First off, if you’re thinking this might be a fun film to take a child to and are encouraged by the PG-13 rating, be warned: this film is pretty violent. There are some squeamish moments (my friend Krisden was looking away from the screen several times, although she could just be faint of heart) that I definitely didn’t expect. If you’re ok with violence, there really isn’t anything objectionable, but if you or your child is squeamish, be warmed.
The cinematography in the film is extremely well done. Several scenes of the landscape and kingdom are pretty awe-inspiring, and the production values of the film are top-notch.
Having said that, though, the film itself is, well…bland. The plot strays a bit from the original, but is familiar enough that fans of Snow White won’t be lost or anything. The dialogue flows easily enough, but the delivery is pretty weak. Hemsworth does decently for the most part, but his speech to Snow White feels kinda forced and unnatural. Theron plays a pretty solid evil queen, but the parts in which she’s supposed to be intimidating and scream at others are almost comical.
By far, the worst perpetrator is Stewart, who may or may not have learned her acting skills from Paul Walker. Dear lord. She can’t even make more than one face throughout the entire film. We know you have two pretty front teeth, Kristen. It’d just be nice if you were able to close your mouth for once and convey an emotion other than docile indifference. Her emotional speech to rally the people around her was less than inspiring. Let’s just say it won’t take the place of Al Pacino’s pre-game speech in Any Given Sunday any time soon.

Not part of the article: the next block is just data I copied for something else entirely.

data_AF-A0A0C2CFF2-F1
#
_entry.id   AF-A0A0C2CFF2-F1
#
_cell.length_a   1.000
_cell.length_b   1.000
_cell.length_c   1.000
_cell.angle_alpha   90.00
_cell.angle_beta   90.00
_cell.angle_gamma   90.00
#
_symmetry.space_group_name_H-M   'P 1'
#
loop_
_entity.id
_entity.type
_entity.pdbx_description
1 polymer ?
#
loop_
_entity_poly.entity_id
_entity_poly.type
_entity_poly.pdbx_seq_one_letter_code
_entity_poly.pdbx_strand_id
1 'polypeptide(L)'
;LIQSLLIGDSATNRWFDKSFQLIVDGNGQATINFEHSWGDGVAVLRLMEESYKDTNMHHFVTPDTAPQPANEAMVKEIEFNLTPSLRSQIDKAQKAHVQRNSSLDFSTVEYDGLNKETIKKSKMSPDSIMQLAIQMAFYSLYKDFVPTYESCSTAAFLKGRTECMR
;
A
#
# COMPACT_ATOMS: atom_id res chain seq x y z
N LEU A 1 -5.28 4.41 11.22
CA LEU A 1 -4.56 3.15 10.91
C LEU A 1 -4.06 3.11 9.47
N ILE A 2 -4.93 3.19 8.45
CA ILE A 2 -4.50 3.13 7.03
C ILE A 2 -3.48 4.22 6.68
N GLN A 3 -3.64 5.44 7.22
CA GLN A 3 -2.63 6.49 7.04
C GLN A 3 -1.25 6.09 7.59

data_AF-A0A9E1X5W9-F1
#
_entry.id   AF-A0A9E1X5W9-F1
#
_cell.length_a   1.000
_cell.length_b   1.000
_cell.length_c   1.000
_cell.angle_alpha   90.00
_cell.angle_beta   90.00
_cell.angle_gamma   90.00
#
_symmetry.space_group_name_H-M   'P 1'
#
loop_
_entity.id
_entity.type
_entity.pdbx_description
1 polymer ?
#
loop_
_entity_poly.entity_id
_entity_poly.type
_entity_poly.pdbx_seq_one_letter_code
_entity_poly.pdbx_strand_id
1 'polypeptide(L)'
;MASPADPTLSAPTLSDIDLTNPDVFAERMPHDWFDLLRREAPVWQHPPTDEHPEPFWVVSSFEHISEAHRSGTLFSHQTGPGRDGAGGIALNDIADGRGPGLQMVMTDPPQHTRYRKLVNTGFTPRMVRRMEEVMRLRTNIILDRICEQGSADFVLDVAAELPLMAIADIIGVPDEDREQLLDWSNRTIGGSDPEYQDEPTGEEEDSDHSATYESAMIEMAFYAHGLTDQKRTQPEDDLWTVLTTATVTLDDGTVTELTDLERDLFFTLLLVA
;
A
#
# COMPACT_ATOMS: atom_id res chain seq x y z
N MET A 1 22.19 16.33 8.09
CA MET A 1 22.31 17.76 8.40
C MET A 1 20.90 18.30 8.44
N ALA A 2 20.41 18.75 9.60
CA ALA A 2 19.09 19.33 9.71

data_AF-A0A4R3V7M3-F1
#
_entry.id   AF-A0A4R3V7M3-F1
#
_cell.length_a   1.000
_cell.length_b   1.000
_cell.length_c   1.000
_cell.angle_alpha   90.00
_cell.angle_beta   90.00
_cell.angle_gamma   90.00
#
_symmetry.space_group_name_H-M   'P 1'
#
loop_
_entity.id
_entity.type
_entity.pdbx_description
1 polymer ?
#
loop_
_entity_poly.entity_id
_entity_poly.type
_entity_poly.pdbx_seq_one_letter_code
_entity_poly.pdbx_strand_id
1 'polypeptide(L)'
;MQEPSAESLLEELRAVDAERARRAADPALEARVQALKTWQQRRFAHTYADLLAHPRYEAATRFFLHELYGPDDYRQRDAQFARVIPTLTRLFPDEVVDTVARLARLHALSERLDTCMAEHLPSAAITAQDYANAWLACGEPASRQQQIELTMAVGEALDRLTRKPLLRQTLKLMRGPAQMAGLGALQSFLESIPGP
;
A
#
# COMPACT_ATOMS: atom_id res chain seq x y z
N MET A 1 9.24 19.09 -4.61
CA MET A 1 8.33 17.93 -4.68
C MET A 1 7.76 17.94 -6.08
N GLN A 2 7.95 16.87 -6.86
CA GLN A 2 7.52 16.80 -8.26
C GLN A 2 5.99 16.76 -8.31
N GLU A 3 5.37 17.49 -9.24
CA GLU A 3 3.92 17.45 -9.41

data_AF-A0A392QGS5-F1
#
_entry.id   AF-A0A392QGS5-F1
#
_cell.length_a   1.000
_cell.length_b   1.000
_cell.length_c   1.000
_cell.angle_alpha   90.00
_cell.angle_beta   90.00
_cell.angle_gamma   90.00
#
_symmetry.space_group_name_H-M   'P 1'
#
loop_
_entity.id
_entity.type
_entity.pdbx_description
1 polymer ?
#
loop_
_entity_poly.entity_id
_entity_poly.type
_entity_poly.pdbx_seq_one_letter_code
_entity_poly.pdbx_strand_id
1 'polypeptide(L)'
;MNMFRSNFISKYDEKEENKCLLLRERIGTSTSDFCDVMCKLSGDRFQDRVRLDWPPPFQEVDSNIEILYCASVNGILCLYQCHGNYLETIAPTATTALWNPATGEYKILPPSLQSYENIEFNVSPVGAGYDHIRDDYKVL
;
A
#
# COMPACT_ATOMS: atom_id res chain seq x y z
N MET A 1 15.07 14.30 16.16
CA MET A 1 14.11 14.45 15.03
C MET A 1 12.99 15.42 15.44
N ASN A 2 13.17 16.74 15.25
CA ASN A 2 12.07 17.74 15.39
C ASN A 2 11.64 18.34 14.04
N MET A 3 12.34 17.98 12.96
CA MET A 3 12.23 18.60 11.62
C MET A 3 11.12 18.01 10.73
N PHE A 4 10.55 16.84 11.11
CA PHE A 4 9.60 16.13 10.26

Maybe I’m being too harsh on her. Perhaps she can actually act, and that’s why she’s getting new opportunities, instead of her simply being a cash vehicle. I don’t see it, though. Chris Hemsworth could have carried a cardboard cutout of her, and it would have conveyed about as much emotion as she did. In her other new film, On the Road, she plays an incredibly lascivious young female, and maybe she does a better job. I won’t be checking it out, though.
The film has its entertaining moments, but it also doesn’t really inspire any emotional reaction, even during the parts that are supposed to be dramatic or sad. There are, however, a few moments that literally had me thinking, “What the hell…” At one point, Snow White scares off a giant troll simply by yelling at it, and at that point, I found myself wishing I was that troll so I could walk away from her being on screen.
If you’re in love with the Snow White story and can overlook the appalling acting of the main character, you may like Snow White and the Huntsman. If you have absolutely nothing to do this weekend and can’t wait another week to see Prometheus, check it out. The friends I took with me enjoyed it a little more than I did, but I walked out of the theater feeling nothing but a little anger at the world for putting me through those two hours. There are dozens of young actresses, some even with natural British accents, who could have been chosen to play the lead role. Why Kristen Stewart got the nod is beyond me.
Snow White and the Huntsman gets a C-. Kristen Stewart’s performance gets a (WT)F.